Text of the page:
(CNN)Most of us assume those hyper-achievers who are always able to squeeze in their workout, eat healthy foods, ace their exams and pick their kids up on time must have superhuman self-control. But science points to a different answer: What we mistake for willpower is often a hallmark of habit.
How to build a habit in 5 steps, according to science
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People with good habits rarely need to resist the temptation to laze on the couch, order greasy takeout, procrastinate on assignments, or watch one more viral video before dashing out the door. That's because autopilot takes over, eliminating temptation from the equation. Having established good habits, little to no willpower is required to choose wisely.
Sounds great, right? The only catch is that building good habits takes effort and insight. Thankfully, science offers both guidance on how to begin and strategies to lighten your lift. Here are a few research-backed steps sourced from my book, "How to Change," that can set you on the path from where you are to where you want to be.
The way you define the goal you hope to turn into a habit does matter. Goals like "meditate regularly" are too abstract, research has shown. You'll benefit from being more specific about what exactly you aim to do and how often.
Don't say "I'll meditate regularly." Say, "I'll meditate for 15 minutes each day."
Having a bite-size objective makes it less daunting to get started and easier to see your progress.
Now that you have established a specific goal, it's time to think about what will cue you to follow through. Scientists have proven that you'll make more progress toward your goal if you decide not just what you'll do, but when you'll be cued to do it, as well as where you'll do it and how you'll get there.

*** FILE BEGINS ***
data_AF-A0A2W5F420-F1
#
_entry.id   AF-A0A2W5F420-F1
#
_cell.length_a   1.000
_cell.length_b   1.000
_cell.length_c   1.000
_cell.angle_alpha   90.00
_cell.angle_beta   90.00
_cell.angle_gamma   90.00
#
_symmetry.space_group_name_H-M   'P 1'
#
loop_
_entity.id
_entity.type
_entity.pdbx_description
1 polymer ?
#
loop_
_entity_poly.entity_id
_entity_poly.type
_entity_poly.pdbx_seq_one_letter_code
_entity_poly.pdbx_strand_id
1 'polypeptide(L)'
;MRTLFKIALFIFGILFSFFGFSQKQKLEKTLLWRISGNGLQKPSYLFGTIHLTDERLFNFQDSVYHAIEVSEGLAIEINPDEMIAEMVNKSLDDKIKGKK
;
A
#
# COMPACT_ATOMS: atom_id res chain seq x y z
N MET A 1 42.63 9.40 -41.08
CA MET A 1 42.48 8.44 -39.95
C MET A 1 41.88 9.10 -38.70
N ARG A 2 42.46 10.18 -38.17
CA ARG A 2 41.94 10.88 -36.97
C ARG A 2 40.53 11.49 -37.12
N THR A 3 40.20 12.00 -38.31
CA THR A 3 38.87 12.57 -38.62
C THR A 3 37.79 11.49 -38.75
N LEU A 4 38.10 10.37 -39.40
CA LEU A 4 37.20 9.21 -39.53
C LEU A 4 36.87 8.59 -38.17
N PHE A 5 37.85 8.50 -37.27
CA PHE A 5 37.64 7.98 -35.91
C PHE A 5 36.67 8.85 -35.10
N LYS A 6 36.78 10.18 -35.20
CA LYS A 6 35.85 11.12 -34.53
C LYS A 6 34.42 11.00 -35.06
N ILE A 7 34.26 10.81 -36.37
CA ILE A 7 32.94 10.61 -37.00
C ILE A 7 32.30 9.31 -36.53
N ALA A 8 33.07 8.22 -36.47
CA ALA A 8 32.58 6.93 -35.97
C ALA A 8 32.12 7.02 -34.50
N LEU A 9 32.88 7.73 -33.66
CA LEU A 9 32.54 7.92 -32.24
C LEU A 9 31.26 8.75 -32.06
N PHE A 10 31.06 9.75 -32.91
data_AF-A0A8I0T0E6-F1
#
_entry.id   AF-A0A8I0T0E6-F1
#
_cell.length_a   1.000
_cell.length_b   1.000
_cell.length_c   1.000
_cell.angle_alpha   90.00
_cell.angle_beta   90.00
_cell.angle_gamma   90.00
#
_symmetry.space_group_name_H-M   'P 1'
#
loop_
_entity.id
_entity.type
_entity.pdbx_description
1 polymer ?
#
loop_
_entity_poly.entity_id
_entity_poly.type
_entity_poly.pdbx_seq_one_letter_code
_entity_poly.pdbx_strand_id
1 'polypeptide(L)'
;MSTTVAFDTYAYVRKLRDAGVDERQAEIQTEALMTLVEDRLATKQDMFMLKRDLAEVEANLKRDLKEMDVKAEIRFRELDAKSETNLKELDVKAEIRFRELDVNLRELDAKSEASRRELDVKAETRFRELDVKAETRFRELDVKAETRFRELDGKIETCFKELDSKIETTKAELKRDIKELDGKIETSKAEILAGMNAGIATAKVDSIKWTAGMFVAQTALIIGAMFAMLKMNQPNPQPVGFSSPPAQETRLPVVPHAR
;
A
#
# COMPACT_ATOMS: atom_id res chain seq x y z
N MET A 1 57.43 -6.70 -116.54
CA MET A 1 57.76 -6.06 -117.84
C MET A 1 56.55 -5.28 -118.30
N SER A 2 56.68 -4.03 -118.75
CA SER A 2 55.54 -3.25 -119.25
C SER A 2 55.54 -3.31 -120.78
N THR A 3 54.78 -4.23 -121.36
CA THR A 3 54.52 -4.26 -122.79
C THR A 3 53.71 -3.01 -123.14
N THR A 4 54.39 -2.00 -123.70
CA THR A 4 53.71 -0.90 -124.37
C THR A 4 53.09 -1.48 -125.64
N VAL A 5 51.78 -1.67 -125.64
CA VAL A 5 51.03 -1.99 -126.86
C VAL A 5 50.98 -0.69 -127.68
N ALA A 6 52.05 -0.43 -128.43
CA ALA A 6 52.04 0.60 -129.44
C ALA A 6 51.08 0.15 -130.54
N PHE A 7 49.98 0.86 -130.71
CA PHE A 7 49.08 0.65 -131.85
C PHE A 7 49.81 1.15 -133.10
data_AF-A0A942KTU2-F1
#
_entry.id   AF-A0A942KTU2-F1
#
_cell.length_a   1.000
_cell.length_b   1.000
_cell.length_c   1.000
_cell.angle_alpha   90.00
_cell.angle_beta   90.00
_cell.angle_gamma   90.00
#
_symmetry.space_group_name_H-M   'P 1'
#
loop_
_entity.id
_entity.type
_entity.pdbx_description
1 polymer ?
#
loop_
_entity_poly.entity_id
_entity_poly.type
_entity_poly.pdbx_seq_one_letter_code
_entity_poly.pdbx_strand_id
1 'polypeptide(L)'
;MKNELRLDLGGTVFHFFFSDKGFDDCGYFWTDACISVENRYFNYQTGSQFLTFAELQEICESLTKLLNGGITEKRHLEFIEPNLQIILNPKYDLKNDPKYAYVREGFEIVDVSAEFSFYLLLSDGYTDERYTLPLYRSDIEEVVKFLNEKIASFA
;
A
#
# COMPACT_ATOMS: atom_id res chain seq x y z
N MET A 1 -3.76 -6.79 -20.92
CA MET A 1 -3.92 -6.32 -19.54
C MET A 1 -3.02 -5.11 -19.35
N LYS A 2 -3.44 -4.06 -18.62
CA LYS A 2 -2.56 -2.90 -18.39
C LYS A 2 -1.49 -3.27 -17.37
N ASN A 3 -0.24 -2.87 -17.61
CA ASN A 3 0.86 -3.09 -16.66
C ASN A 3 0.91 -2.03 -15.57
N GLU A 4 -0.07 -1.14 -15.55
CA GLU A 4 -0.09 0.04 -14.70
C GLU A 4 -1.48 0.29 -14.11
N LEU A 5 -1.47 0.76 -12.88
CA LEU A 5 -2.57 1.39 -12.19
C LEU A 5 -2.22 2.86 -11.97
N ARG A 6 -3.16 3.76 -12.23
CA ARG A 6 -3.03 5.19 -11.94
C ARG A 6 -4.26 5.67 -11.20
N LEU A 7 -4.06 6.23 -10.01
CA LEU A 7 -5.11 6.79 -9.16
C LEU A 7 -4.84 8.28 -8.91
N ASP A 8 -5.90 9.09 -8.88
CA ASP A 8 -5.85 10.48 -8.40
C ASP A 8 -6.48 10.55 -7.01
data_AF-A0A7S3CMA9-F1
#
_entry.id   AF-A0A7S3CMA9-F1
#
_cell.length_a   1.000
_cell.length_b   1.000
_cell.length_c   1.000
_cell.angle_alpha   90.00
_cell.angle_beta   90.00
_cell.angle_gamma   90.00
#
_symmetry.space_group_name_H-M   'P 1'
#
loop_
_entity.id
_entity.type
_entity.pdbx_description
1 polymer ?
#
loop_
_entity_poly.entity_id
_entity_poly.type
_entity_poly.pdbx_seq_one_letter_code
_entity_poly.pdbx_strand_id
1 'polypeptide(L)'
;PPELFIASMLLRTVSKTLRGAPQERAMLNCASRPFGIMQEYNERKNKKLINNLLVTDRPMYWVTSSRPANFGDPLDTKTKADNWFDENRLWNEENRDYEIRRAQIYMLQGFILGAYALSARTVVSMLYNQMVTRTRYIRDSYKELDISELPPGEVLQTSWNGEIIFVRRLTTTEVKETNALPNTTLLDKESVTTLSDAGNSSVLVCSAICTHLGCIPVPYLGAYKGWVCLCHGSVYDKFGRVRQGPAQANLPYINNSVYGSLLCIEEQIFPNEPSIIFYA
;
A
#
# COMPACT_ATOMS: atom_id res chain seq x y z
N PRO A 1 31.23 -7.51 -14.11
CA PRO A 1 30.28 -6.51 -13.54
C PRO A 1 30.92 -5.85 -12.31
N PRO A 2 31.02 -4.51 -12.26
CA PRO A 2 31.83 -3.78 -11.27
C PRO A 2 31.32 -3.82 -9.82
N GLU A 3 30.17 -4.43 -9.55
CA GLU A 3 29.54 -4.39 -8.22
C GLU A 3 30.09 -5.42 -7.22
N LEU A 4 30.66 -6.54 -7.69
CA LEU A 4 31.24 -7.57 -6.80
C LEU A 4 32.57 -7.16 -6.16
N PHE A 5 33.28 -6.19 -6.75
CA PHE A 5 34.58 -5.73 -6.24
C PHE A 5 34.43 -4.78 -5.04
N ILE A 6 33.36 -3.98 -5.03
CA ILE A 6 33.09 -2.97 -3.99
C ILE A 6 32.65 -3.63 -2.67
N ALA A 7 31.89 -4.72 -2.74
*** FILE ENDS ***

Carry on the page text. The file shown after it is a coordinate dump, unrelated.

A plan like "I'll study Spanish for 30 minutes, five days a week" is OK. But a detailed, cue-based plan like "Every workday after my last meeting, I'll spend 30 minutes studying Spanish in my office" is much more likely to stick as a habit.
Making this kind of plan reduces the chances you'll forget to follow through because the when and where in your plan will serve as cues to action that jog your memory. Even better: Put your plan on your calendar so you'll get a digital reminder. An established, hyper-specific plan also forces you to anticipate and maneuver around obstacles and makes procrastination feel more sinful.
When we set out to build a new habit, most of us overestimate our willpower and set a course for the most efficient path to achieving our end goal. Say you hope to get fit by exercising regularly -- you'll likely look for a workout that can generate quick results like grinding it out on a treadmill. But research has shown you'll persist longer and ultimately achieve more if you instead focus on finding ways to make goal pursuit fun.
When it comes to exercise, this might mean going to Zumba classes with a friend or learning how to rock climb. If you're trying to eat more fruits and vegetables, it might mean swapping doughnut breakfasts for tasty smoothies, which can combine multiple servings of fruits and veggies in one delicious drink. Because you are far more likely to stick with something you enjoy and repetition is key to habit formation, making the experience positive is critical, but it's often overlooked.